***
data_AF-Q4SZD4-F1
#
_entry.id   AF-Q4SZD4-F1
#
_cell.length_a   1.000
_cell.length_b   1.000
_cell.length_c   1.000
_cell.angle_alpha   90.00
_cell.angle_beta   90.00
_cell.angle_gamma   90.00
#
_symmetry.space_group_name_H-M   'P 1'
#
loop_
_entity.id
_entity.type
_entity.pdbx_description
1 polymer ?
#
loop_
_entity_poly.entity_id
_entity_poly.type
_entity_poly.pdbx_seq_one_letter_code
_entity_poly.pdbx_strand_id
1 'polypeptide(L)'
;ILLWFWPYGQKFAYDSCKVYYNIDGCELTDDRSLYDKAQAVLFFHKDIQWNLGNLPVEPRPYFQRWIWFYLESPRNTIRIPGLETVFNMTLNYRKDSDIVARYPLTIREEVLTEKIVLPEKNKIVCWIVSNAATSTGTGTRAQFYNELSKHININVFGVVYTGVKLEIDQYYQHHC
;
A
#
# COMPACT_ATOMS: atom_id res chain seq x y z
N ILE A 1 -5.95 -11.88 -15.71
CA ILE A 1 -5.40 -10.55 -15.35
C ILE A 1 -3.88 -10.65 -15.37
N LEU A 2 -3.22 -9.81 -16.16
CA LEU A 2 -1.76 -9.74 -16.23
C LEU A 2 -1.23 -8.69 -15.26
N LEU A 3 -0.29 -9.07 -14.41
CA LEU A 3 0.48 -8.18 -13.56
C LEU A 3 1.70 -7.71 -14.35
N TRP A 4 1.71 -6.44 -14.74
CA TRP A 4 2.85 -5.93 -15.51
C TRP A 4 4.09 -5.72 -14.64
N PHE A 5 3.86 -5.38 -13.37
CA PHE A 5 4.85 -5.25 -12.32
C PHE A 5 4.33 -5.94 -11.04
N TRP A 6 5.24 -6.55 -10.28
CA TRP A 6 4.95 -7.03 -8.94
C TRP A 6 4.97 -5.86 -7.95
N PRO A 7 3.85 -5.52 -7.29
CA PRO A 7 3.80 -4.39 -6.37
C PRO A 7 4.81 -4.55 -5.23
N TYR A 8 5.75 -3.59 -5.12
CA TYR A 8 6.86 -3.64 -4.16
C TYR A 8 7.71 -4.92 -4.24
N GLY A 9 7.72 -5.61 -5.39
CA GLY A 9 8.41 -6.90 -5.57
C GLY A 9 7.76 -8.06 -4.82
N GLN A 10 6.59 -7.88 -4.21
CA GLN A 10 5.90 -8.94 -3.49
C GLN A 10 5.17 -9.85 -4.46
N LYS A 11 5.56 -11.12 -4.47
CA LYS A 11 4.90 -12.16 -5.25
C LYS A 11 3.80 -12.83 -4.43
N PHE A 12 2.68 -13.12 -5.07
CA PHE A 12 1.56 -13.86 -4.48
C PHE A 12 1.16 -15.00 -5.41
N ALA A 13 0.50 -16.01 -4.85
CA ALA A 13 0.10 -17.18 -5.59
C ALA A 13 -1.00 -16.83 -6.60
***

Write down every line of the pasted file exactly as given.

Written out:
data_AF-Q4SZD4-F1
#
_entry.id   AF-Q4SZD4-F1
#
_cell.length_a   1.000
_cell.length_b   1.000
_cell.length_c   1.000
_cell.angle_alpha   90.00
_cell.angle_beta   90.00
_cell.angle_gamma   90.00
#
_symmetry.space_group_name_H-M   'P 1'
#
loop_
_entity.id
_entity.type
_entity.pdbx_description
1 polymer ?
#
loop_
_entity_poly.entity_id
_entity_poly.type
_entity_poly.pdbx_seq_one_letter_code
_entity_poly.pdbx_strand_id
1 'polypeptide(L)'
;ILLWFWPYGQKFAYDSCKVYYNIDGCELTDDRSLYDKAQAVLFFHKDIQWNLGNLPVEPRPYFQRWIWFYLESPRNTIRIPGLETVFNMTLNYRKDSDIVARYPLTIREEVLTEKIVLPEKNKIVCWIVSNAATSTGTGTRAQFYNELSKHININVFGVVYTGVKLEIDQYYQHHC
;
A
#
# COMPACT_ATOMS: atom_id res chain seq x y z
N ILE A 1 -5.95 -11.88 -15.71
CA ILE A 1 -5.40 -10.55 -15.35
C ILE A 1 -3.88 -10.65 -15.37
N LEU A 2 -3.22 -9.81 -16.16
CA LEU A 2 -1.76 -9.74 -16.23
C LEU A 2 -1.23 -8.69 -15.26
N LEU A 3 -0.29 -9.07 -14.41
CA LEU A 3 0.48 -8.18 -13.56
C LEU A 3 1.70 -7.71 -14.35
N TRP A 4 1.71 -6.44 -14.74
CA TRP A 4 2.85 -5.93 -15.51
C TRP A 4 4.09 -5.72 -14.64
N PHE A 5 3.86 -5.38 -13.37
CA PHE A 5 4.85 -5.25 -12.32
C PHE A 5 4.33 -5.94 -11.04
N TRP A 6 5.24 -6.55 -10.28
CA TRP A 6 4.95 -7.03 -8.94
C TRP A 6 4.97 -5.86 -7.95
N PRO A 7 3.85 -5.52 -7.29
CA PRO A 7 3.80 -4.39 -6.37
C PRO A 7 4.81 -4.55 -5.23
N TYR A 8 5.75 -3.59 -5.12
CA TYR A 8 6.86 -3.64 -4.16
C TYR A 8 7.71 -4.92 -4.24
N GLY A 9 7.72 -5.61 -5.39
CA GLY A 9 8.41 -6.90 -5.57
C GLY A 9 7.76 -8.06 -4.82
N GLN A 10 6.59 -7.88 -4.21
CA GLN A 10 5.90 -8.94 -3.49
C GLN A 10 5.17 -9.85 -4.46
N LYS A 11 5.56 -11.12 -4.47
CA LYS A 11 4.90 -12.16 -5.25
C LYS A 11 3.80 -12.83 -4.43
N PHE A 12 2.68 -13.12 -5.07
CA PHE A 12 1.56 -13.86 -4.48
C PHE A 12 1.16 -15.00 -5.41
N ALA A 13 0.50 -16.01 -4.85
CA ALA A 13 0.10 -17.18 -5.59
C ALA A 13 -1.00 -16.83 -6.60